Physicians' Academy for Cardiovascular Education

T2DM-related microvascular disease associated with incident HF

Microvascular Disease and Incident Heart Failure Among Individuals With Type 2 Diabetes Mellitus

Literature - Kaze AD, Santhanam P, Erqou S, et al. - J Am Heart Assoc. 2021;10:e018998. doi: 10.1161/JAHA.120.018998.

Introductions and methods

Evidence suggests that patients with T2DM have a 2-4 fold increased risk of developing HF, independently of additional CV risk factors such as high BP, hypercholesterolemia, or CAD [1,2]. Data from animal studies suggest that microvascular dysfunction, amongst several other pathways, might link diabetes mellitus to HF [3,4]. However, epidemiological data on the relationship between microvascular disease (MVD) with incident HF in individuals with T2DM are limited. This study analyzed the association of MVD in multiple vascular beds with incident HF in patients with T2DM.

The Look AHEAD (Action of Health in Diabetes) study was a randomized, multicentered, double-blind trial that included 5145 participants from the US from August 2001 to April 2004. Inclusion criteria were: BMI ≥25 kg/m² (or ≥27 kg/m² if patients were on insulin), HbA1c ≤11%, SBP <160 mm Hg, DBP <100 mm Hg, TG levels <600 mg/dL. Individuals (45-76 years) were randomized to participate in an intensive lifestyle intervention (intervention group) or to receive diabetes mellitus support and education (control group). For the current analysis, people with a history of HF or atherosclerotic CVD defined as prior MI or stroke at baseline or with missing data on MVD were excluded. This resulted in a dataset with data from 4095 participants (mean age 58.3 [SD 6.6] years, 61.9% were women). Diabetic MVD was defined as the presence of nephropathy, retinopathy, and/or neuropathy at baseline. First hospitalization for definite or possible acute decompensated HF was prospectively assessed to determine incident HF. Median (IQR) follow-up was 9.7 (8.9-10.3) years.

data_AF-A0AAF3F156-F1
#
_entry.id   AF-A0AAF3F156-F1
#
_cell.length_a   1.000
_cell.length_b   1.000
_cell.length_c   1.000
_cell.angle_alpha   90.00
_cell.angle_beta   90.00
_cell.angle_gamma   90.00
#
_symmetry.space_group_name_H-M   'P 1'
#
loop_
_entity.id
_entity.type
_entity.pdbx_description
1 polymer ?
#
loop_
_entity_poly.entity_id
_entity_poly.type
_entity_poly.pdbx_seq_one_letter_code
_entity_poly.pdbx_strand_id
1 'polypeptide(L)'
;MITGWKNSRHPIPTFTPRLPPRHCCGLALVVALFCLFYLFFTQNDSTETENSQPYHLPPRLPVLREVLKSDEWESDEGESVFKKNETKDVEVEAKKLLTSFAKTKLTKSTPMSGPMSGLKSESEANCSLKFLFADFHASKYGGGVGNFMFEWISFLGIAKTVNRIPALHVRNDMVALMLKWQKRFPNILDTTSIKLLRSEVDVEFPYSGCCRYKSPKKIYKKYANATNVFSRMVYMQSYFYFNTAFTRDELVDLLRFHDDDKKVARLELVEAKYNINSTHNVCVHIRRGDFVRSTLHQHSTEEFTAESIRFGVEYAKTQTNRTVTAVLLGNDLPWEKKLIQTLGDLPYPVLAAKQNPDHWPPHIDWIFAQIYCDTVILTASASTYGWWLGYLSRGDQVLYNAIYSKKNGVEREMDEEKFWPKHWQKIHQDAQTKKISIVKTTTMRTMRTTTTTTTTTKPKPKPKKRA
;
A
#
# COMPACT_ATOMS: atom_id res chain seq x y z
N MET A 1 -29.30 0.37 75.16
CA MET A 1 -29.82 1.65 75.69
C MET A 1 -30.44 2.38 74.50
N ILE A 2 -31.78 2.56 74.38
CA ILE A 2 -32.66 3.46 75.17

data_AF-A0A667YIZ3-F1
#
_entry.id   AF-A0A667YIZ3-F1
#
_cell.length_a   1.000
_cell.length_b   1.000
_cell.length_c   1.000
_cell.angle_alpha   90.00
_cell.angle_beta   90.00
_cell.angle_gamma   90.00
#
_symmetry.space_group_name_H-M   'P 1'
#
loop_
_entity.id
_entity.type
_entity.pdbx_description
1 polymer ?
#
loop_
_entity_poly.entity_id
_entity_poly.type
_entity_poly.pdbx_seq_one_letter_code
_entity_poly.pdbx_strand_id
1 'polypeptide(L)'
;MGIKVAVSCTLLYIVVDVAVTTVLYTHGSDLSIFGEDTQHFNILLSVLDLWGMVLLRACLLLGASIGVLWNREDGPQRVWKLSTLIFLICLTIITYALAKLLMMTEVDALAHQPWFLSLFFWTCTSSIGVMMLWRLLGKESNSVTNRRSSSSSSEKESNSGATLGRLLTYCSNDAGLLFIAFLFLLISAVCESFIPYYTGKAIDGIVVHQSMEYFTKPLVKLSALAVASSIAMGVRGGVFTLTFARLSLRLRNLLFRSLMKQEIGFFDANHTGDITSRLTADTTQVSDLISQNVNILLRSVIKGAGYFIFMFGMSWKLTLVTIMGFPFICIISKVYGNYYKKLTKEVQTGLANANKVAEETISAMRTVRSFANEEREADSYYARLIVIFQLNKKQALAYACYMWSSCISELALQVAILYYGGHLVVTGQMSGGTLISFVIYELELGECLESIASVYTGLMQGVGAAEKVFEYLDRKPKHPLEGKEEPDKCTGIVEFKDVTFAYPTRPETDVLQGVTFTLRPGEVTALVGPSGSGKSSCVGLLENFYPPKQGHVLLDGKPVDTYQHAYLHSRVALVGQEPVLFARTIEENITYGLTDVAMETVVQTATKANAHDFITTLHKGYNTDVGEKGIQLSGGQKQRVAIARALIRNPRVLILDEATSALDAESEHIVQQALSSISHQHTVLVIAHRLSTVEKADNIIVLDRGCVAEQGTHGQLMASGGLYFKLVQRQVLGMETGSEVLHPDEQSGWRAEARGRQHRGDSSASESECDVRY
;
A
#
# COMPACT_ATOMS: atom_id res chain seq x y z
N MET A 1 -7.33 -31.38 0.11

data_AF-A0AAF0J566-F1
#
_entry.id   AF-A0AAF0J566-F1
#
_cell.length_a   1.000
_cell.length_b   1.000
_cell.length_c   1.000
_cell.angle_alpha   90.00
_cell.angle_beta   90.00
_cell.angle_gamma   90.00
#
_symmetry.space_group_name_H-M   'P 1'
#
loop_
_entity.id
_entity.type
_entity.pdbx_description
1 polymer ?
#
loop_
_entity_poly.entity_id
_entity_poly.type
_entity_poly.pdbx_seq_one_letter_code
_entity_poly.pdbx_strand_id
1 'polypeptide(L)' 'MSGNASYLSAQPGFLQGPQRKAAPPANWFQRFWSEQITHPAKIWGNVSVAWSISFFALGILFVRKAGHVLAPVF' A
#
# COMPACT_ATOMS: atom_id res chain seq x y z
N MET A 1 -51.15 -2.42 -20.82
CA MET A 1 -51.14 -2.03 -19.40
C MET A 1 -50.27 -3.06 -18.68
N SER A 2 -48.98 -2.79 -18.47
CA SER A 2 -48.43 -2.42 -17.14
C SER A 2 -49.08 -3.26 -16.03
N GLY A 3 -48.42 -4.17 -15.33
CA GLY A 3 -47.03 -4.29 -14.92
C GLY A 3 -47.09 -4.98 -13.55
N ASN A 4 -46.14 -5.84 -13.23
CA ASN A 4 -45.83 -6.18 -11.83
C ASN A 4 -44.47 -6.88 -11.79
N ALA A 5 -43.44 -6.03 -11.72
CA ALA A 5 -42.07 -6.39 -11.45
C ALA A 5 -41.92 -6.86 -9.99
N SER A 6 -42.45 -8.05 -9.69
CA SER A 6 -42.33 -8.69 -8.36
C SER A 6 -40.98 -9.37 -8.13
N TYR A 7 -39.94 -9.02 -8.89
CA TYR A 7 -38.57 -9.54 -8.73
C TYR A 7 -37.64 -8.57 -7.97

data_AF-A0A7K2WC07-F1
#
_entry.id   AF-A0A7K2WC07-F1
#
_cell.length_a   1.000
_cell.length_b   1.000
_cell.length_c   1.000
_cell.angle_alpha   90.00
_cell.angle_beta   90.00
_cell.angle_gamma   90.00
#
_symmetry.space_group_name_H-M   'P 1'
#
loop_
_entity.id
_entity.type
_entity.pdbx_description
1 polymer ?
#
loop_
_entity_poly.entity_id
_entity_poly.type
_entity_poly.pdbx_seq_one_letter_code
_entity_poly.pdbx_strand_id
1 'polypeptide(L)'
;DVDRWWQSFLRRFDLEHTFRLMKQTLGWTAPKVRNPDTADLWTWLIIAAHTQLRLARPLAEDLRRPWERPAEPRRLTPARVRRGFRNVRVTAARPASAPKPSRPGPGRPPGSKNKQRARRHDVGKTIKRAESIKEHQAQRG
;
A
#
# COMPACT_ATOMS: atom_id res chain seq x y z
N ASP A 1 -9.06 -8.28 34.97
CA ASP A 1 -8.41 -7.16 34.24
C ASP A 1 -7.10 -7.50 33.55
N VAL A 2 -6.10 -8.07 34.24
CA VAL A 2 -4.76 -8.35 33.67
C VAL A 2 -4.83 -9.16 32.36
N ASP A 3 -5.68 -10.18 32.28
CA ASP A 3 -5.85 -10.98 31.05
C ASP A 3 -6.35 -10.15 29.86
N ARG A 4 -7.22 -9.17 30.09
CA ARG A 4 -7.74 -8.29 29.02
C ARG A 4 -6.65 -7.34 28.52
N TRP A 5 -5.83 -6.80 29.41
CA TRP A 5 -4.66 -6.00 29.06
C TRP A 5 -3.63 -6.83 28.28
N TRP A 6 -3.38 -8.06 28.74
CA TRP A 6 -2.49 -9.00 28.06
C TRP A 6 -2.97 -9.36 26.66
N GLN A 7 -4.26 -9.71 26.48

Main results


This study showed that MVD was associated with an elevated risk of developing HF in adults with T2DM. This association was independent of traditional risk factors, including CAD.


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